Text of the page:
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Workforce

Best practices for improving recruitment, retention and training

Workforce

Training millennials

Getting millennial recruits up to snuff means re-evaluating longstanding procedures, such as handbooks and classroom learning, in order to jive with the tendencies and preferences of this always-questioning, tech-dependent demographic.

Workforce

Handbook don’ts

The National Labor Relations Board is recommending that business owners review their employee handbooks before it lands them in trouble.

“The biggest mistakes I’ve made are people mistakes,” Brolick told Dawn Sweeney, president and CEO of the National Restaurant Association in front of a packed audience at the Restaurant Leadership Conference.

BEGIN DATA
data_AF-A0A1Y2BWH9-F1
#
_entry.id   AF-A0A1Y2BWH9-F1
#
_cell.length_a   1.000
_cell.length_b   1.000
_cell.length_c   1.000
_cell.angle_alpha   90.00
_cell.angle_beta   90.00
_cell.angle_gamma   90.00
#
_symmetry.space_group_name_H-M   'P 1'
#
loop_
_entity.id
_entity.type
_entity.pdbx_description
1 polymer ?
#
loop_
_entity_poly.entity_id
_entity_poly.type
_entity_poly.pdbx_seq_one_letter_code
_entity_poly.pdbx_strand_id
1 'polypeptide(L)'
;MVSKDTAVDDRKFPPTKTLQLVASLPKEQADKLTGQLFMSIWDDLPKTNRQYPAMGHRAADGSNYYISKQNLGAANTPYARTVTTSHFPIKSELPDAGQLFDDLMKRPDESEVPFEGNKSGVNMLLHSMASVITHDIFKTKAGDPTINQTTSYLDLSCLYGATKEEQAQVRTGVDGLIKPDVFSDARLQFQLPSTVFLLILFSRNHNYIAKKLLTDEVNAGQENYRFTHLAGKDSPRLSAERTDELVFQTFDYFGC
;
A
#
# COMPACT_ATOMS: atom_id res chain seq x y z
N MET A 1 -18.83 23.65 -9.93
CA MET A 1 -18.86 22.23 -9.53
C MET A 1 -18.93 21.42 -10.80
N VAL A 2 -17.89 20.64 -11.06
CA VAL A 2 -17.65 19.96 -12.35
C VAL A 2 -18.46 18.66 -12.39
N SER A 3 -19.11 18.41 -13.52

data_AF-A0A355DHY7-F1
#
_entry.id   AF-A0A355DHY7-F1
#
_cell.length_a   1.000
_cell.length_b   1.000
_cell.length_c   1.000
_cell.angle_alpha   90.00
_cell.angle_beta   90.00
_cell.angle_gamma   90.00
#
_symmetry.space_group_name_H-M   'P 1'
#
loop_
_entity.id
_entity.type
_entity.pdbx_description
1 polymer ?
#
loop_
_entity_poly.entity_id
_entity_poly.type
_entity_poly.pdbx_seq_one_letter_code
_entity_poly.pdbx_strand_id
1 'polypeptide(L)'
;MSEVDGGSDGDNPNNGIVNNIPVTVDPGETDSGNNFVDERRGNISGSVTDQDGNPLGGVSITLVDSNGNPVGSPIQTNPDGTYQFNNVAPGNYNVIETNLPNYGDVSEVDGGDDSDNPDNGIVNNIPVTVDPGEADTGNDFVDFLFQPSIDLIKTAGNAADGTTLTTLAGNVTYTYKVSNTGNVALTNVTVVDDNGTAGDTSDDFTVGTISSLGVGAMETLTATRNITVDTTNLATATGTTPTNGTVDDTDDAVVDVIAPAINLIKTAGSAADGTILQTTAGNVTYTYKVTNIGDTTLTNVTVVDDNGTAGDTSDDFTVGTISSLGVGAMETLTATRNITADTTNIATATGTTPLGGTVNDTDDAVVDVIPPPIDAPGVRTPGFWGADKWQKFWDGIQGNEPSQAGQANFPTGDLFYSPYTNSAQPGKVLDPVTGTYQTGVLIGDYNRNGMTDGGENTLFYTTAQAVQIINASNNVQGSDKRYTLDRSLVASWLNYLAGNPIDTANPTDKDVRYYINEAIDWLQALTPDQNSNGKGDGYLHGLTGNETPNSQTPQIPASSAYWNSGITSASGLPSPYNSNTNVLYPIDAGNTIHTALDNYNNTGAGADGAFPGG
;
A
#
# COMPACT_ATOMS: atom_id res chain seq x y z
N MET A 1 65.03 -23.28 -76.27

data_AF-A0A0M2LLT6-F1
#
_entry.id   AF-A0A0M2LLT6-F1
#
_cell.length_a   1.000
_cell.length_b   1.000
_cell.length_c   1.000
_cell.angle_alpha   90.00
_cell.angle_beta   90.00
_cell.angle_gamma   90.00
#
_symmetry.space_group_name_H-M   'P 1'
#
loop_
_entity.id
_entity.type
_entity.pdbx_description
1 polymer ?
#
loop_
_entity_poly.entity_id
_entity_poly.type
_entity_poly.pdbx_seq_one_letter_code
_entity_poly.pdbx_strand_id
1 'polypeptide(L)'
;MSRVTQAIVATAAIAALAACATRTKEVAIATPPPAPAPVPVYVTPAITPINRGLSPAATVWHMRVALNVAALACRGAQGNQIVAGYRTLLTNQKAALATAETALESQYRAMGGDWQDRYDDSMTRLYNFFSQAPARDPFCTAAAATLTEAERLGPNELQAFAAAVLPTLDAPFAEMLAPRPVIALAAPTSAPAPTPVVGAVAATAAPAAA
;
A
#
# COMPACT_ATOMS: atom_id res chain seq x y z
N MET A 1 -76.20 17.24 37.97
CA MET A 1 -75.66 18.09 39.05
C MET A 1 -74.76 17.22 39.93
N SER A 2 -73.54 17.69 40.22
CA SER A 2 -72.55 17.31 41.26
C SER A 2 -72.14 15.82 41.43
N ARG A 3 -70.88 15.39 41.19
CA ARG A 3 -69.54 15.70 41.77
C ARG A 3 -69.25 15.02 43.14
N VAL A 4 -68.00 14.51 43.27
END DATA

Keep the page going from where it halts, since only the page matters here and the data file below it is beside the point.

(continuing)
How a friendly neighborhood coffee shop in Idaho took control of its books.

Millennials aren’t afraid to talk to anyone in an organization; they’re driven to achieve; they embrace tech to ease processes.

Virtual job postings may seem like a savings, but only when matched with the right positions.

Many sitting in the C-suite have found that, when soliciting employee feedback, a strict reliance on the Internet won’t work.

For TGI Fridays U.K., CEO Karen Forrester’s people-first strategy has paid off in more ways than one.

There are two kinds of restaurant back offices—and one is a lot more profitable than the other.

A Women’s Foodservice Forum study earmarked “building networks” among the top three competencies of successful women in the industry. See how to tailor that effort to your style.

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